Things to know before getting a foal?

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As the title suggests, for over a year now I have been contemplating buying a foal/yearling! Which is very exciting however like most people I am a worrier and like to know the ins and outs of everything!
Which leads me to ask what do I need to know before getting a youngster? And when is the right time to do so!

Please no rude comments
 

Shay

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Hard to know how to respond.... don't?

Bringing on young stock is quite complex. You need the right set up and ideally considerable experience. If you buy a foal (are you thinking a 5m weanling?) you'll need a young stock herd for it to run with. It needs to recover from separation and learn to be a horse around other older mares and/or contemporaries.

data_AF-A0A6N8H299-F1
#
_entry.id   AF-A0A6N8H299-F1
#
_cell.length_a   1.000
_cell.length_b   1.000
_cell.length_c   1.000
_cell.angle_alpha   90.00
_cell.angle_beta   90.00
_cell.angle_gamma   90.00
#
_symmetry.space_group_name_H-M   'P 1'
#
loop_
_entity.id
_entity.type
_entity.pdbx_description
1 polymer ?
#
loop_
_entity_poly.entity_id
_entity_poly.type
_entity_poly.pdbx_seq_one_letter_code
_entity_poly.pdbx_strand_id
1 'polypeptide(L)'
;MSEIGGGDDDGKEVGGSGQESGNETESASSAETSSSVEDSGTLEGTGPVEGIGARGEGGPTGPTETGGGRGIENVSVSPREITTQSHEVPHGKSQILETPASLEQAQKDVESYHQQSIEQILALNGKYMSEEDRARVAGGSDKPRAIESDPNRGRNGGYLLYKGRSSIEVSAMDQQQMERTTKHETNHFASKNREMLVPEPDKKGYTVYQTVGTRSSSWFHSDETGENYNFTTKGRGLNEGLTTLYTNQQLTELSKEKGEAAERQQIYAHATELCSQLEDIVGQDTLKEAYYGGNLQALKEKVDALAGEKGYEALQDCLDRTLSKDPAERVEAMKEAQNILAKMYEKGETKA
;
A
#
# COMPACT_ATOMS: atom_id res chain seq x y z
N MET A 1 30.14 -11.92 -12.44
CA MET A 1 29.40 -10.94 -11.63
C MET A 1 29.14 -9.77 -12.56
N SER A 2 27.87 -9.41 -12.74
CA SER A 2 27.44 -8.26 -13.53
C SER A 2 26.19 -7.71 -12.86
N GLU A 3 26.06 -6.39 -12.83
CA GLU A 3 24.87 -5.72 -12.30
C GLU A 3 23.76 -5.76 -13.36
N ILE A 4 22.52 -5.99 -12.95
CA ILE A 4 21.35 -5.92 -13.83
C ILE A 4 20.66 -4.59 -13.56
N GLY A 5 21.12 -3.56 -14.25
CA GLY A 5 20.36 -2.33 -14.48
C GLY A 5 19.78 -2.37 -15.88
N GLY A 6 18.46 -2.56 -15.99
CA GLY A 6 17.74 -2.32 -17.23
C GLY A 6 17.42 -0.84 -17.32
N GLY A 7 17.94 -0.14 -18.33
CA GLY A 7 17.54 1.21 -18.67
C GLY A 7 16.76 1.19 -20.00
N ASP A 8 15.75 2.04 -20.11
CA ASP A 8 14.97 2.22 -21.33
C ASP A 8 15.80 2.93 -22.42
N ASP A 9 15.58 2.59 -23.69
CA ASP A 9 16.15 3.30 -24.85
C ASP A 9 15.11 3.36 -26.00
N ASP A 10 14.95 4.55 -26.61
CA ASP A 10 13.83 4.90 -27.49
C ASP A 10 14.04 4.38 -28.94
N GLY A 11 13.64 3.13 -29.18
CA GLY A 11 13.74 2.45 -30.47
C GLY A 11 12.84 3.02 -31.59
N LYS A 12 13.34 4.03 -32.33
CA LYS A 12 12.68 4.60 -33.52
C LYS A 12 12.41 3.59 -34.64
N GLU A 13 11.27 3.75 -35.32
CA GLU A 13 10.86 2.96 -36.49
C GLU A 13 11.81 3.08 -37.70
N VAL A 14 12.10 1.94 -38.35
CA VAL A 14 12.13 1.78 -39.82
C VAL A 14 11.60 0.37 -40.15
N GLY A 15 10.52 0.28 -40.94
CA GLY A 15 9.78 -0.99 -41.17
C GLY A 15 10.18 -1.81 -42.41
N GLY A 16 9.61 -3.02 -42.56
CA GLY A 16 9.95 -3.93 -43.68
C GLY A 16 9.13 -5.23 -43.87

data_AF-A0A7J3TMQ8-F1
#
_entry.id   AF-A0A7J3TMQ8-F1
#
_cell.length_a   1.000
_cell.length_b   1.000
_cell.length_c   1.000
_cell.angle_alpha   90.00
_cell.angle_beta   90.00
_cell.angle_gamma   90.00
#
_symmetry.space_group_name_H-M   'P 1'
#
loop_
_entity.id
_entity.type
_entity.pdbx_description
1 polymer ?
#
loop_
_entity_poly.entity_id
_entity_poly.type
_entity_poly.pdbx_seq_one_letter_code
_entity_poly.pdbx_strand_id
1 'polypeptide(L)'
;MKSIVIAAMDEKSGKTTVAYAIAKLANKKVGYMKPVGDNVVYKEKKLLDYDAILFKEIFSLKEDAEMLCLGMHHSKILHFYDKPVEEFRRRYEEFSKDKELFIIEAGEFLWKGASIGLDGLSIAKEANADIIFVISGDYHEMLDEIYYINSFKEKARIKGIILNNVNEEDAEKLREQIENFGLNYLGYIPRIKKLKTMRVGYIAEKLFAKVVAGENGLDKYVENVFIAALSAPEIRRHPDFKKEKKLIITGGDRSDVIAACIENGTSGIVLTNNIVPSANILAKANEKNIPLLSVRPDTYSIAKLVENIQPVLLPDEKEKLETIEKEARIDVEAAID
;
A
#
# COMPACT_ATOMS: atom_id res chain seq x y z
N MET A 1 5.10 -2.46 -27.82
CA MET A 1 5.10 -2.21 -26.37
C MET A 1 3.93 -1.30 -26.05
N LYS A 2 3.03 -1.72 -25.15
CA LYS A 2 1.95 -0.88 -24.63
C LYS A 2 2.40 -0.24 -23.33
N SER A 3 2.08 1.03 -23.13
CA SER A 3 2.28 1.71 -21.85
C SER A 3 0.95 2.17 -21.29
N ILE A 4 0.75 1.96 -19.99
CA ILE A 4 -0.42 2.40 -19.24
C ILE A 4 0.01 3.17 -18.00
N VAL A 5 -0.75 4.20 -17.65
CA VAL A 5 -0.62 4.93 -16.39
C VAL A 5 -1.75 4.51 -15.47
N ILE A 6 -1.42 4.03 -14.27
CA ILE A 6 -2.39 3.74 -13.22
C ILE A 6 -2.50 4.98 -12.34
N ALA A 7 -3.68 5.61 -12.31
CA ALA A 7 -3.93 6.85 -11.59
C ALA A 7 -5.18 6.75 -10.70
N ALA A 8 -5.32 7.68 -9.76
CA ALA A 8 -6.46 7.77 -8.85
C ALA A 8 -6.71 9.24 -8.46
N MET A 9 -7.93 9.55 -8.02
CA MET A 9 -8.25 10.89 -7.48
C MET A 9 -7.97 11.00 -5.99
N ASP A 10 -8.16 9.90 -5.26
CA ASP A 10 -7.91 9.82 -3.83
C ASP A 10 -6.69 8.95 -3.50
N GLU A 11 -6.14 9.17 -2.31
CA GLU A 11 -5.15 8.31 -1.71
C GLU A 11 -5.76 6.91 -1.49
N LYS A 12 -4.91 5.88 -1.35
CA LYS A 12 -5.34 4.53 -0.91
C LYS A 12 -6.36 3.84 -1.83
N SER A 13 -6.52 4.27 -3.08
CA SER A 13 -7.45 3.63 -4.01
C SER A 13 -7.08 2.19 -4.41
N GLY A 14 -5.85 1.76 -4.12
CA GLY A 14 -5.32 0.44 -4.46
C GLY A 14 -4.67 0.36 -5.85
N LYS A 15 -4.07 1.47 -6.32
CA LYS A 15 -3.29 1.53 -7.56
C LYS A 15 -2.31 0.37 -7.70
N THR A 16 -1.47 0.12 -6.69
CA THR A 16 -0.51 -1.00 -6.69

You're not going to be able to do more than basic handling until 3 /4 so you'll need grass space, a suitable herd and the time to ensure the early handling stages are set in place - for 3 to 4 years. Thats quite a commitment.

If you want to back something yourself (and I wouldn't necessarily recommend it) you might be better off buying at 2 / 3 years?
 

DirectorFury

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Hard to know how to respond.... don't?

Bringing on young stock is quite complex. You need the right set up and ideally considerable experience. If you buy a foal (are you thinking a 5m weanling?) you'll need a young stock herd for it to run with. It needs to recover from separation and learn to be a horse around other older mares and/or contemporaries.

You're not going to be able to do more than basic handling until 3 /4 so you'll need grass space, a suitable herd and the time to ensure the early handling stages are set in place - for 3 to 4 years. Thats quite a commitment.